Friday, January 21, 2011

It's dead, Jim.

In 1954, (due in part to Fredric Wertham's book, Seduction of the Innocent, and partially due to the Senate subcommittee hearings on the matter of violence in comics) the comicbook publishers of the US formed the Comics Code Authority. Over the years it was the CCA’s responsibility to “keep comicbooks safe for kids” as it were, well back in May, June and July of 1971 Stan Lee wrote three issues of Amazing Spider-Man (#s 96–98) that had a subplot dealing with drugs  that was rejected by the CCA, Well, Stan felt that the storyline was important enough to include so, in defiance of the Authority, he published the comics anyway. A few short months later, DC published Green Lantern/Green Arrow #85 (Sept. 1971) that also had a drug reference, but this comic was approved by the code (as it had been altered to allow the depiction of drugs addiction in a negative light).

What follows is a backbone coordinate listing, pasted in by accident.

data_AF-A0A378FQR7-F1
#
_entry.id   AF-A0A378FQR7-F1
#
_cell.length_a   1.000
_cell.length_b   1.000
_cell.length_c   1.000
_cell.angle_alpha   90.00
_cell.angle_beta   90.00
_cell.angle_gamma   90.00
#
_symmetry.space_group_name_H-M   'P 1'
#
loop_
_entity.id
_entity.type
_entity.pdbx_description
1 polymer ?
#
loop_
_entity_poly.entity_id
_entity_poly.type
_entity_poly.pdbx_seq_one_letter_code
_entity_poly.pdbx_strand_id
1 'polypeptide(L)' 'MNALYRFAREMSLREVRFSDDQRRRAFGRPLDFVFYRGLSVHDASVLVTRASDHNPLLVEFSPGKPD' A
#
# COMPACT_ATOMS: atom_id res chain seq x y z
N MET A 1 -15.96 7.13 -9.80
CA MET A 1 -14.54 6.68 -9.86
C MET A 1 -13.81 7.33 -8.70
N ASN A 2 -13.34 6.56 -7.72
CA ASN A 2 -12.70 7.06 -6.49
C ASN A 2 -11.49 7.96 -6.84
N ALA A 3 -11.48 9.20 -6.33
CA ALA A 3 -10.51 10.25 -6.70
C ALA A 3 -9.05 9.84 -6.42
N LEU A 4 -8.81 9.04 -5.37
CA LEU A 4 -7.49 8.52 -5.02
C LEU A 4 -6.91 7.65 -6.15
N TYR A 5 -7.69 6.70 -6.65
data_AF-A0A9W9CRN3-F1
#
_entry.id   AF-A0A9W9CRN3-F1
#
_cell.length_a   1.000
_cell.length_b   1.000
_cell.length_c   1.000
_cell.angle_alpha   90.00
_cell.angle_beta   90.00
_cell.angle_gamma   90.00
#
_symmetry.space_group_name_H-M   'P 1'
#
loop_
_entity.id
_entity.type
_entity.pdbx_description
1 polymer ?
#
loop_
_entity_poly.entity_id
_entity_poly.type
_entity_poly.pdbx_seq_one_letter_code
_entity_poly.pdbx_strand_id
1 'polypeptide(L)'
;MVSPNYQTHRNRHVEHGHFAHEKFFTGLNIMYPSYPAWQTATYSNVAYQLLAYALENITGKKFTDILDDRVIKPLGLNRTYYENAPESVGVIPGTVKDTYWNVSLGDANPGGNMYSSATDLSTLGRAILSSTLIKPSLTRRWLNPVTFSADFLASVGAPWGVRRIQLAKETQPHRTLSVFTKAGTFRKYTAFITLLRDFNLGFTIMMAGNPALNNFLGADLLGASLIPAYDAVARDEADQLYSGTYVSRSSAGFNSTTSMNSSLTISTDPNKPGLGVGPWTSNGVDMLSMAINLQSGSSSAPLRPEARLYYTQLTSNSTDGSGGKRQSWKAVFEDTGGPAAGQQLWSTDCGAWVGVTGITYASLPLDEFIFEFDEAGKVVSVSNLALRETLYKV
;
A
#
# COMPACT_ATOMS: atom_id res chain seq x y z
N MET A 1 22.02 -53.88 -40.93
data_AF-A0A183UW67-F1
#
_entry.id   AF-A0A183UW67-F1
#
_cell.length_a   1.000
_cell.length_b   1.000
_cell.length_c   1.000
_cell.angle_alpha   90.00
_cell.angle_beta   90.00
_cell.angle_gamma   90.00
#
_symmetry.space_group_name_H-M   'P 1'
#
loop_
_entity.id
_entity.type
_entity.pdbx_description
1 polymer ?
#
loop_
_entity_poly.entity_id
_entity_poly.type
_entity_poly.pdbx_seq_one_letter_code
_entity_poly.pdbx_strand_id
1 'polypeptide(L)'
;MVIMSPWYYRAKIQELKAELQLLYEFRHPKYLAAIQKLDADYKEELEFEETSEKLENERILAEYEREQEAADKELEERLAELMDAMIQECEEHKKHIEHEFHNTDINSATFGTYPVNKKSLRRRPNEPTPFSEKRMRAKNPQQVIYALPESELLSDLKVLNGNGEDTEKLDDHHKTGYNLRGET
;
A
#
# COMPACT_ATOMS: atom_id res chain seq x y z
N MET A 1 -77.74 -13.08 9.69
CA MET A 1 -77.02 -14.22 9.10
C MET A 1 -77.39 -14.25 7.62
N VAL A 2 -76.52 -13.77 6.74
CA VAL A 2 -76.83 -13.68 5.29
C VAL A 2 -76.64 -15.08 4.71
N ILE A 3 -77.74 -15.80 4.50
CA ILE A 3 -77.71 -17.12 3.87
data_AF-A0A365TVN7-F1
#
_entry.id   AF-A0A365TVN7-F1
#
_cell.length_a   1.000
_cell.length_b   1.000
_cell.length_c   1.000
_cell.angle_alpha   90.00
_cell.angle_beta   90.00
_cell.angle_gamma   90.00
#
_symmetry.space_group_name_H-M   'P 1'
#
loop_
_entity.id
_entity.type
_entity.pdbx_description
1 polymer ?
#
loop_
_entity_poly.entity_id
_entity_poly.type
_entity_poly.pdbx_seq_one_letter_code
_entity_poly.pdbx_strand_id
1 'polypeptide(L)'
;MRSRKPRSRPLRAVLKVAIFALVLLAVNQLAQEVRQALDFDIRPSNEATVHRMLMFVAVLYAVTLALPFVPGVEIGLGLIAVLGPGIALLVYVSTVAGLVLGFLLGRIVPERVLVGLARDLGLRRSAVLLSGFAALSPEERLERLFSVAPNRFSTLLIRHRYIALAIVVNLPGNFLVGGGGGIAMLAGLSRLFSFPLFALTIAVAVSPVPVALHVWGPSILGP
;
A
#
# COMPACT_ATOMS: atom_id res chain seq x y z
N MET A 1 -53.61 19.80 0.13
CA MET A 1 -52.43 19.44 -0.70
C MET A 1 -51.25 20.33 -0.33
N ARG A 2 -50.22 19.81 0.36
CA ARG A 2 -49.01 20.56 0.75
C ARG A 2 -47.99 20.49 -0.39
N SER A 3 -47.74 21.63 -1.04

In 2001 Marvel finally broke with the code, adopting an internal rating system to identify the content of their books, well this January, DC followed Marvel’s lead and abandonded the CCA.
As of January 2011, DC Comics titles will no longer carry the Comics Code Authority Seal of Approval. In 2011, DC Comics will employ a rating system consistent with that of the rest of the industry, as well as with our digital releases, which already utilize a rating system. As for our Vertigo comic books, they will not utilize the rating system, because they will continue to be labeled as “For Mature Readers”.
This leaves only Archie Comics that submits their books to the Authority for approval.


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